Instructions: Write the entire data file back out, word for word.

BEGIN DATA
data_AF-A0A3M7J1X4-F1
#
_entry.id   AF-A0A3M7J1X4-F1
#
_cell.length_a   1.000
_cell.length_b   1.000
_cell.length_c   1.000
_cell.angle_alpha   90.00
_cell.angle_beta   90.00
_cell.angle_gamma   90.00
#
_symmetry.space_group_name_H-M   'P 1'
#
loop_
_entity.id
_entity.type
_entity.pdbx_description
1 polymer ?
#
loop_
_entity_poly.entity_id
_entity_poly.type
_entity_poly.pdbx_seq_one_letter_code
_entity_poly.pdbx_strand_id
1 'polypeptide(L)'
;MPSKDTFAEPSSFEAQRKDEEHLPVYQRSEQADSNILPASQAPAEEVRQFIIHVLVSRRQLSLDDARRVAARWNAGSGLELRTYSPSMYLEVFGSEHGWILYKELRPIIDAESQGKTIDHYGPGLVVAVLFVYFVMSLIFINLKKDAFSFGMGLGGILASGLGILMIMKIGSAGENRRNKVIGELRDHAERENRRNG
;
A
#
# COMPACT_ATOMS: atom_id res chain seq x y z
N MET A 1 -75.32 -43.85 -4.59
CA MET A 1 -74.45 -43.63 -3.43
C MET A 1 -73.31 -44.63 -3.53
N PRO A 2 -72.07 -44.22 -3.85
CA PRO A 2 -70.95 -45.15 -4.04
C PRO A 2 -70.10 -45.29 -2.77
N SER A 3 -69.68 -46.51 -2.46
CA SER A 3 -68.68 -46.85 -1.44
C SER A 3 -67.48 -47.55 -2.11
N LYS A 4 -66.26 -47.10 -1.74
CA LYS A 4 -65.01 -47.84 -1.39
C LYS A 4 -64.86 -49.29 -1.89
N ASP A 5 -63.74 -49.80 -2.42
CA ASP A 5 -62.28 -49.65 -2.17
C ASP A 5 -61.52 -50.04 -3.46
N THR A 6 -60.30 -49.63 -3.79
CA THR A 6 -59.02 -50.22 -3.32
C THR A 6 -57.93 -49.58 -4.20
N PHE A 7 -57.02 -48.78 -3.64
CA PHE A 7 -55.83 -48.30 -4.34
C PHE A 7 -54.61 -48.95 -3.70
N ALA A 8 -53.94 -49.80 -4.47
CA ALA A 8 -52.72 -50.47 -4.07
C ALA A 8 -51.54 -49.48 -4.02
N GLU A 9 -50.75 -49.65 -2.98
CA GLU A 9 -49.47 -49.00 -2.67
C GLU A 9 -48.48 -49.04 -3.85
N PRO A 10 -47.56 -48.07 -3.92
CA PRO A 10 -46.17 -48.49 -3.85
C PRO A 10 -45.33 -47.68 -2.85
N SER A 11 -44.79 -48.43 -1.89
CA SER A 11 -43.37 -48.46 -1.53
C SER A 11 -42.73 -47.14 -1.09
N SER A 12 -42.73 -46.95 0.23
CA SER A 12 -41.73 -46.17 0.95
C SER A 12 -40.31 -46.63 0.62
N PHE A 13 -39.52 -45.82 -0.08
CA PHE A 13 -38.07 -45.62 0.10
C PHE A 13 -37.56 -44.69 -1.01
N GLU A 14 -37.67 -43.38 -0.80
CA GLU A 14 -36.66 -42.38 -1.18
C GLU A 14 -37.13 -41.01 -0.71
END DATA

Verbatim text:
data_AF-A0A3M7J1X4-F1
#
_entry.id   AF-A0A3M7J1X4-F1
#
_cell.length_a   1.000
_cell.length_b   1.000
_cell.length_c   1.000
_cell.angle_alpha   90.00
_cell.angle_beta   90.00
_cell.angle_gamma   90.00
#
_symmetry.space_group_name_H-M   'P 1'
#
loop_
_entity.id
_entity.type
_entity.pdbx_description
1 polymer ?
#
loop_
_entity_poly.entity_id
_entity_poly.type
_entity_poly.pdbx_seq_one_letter_code
_entity_poly.pdbx_strand_id
1 'polypeptide(L)'
;MPSKDTFAEPSSFEAQRKDEEHLPVYQRSEQADSNILPASQAPAEEVRQFIIHVLVSRRQLSLDDARRVAARWNAGSGLELRTYSPSMYLEVFGSEHGWILYKELRPIIDAESQGKTIDHYGPGLVVAVLFVYFVMSLIFINLKKDAFSFGMGLGGILASGLGILMIMKIGSAGENRRNKVIGELRDHAERENRRNG
;
A
#
# COMPACT_ATOMS: atom_id res chain seq x y z
N MET A 1 -75.32 -43.85 -4.59
CA MET A 1 -74.45 -43.63 -3.43
C MET A 1 -73.31 -44.63 -3.53
N PRO A 2 -72.07 -44.22 -3.85
CA PRO A 2 -70.95 -45.15 -4.04
C PRO A 2 -70.10 -45.29 -2.77
N SER A 3 -69.68 -46.51 -2.46
CA SER A 3 -68.68 -46.85 -1.44
C SER A 3 -67.48 -47.55 -2.11
N LYS A 4 -66.26 -47.10 -1.74
CA LYS A 4 -65.01 -47.84 -1.39
C LYS A 4 -64.86 -49.29 -1.89
N ASP A 5 -63.74 -49.80 -2.42
CA ASP A 5 -62.28 -49.65 -2.17
C ASP A 5 -61.52 -50.04 -3.46
N THR A 6 -60.30 -49.63 -3.79
CA THR A 6 -59.02 -50.22 -3.32
C THR A 6 -57.93 -49.58 -4.20
N PHE A 7 -57.02 -48.78 -3.64
CA PHE A 7 -55.83 -48.30 -4.34
C PHE A 7 -54.61 -48.95 -3.70
N ALA A 8 -53.94 -49.80 -4.47
CA ALA A 8 -52.72 -50.47 -4.07
C ALA A 8 -51.54 -49.48 -4.02
N GLU A 9 -50.75 -49.65 -2.98
CA GLU A 9 -49.47 -49.00 -2.67
C GLU A 9 -48.48 -49.04 -3.85
N PRO A 10 -47.56 -48.07 -3.92
CA PRO A 10 -46.17 -48.49 -3.85
C PRO A 10 -45.33 -47.68 -2.85
N SER A 11 -44.79 -48.43 -1.89
CA SER A 11 -43.37 -48.46 -1.53
C SER A 11 -42.73 -47.14 -1.09
N SER A 12 -42.73 -46.95 0.23
CA SER A 12 -41.73 -46.17 0.95
C SER A 12 -40.31 -46.63 0.62
N PHE A 13 -39.52 -45.82 -0.08
CA PHE A 13 -38.07 -45.62 0.10
C PHE A 13 -37.56 -44.69 -1.01
N GLU A 14 -37.67 -43.38 -0.80
CA GLU A 14 -36.66 -42.38 -1.18
C GLU A 14 -37.13 -41.01 -0.71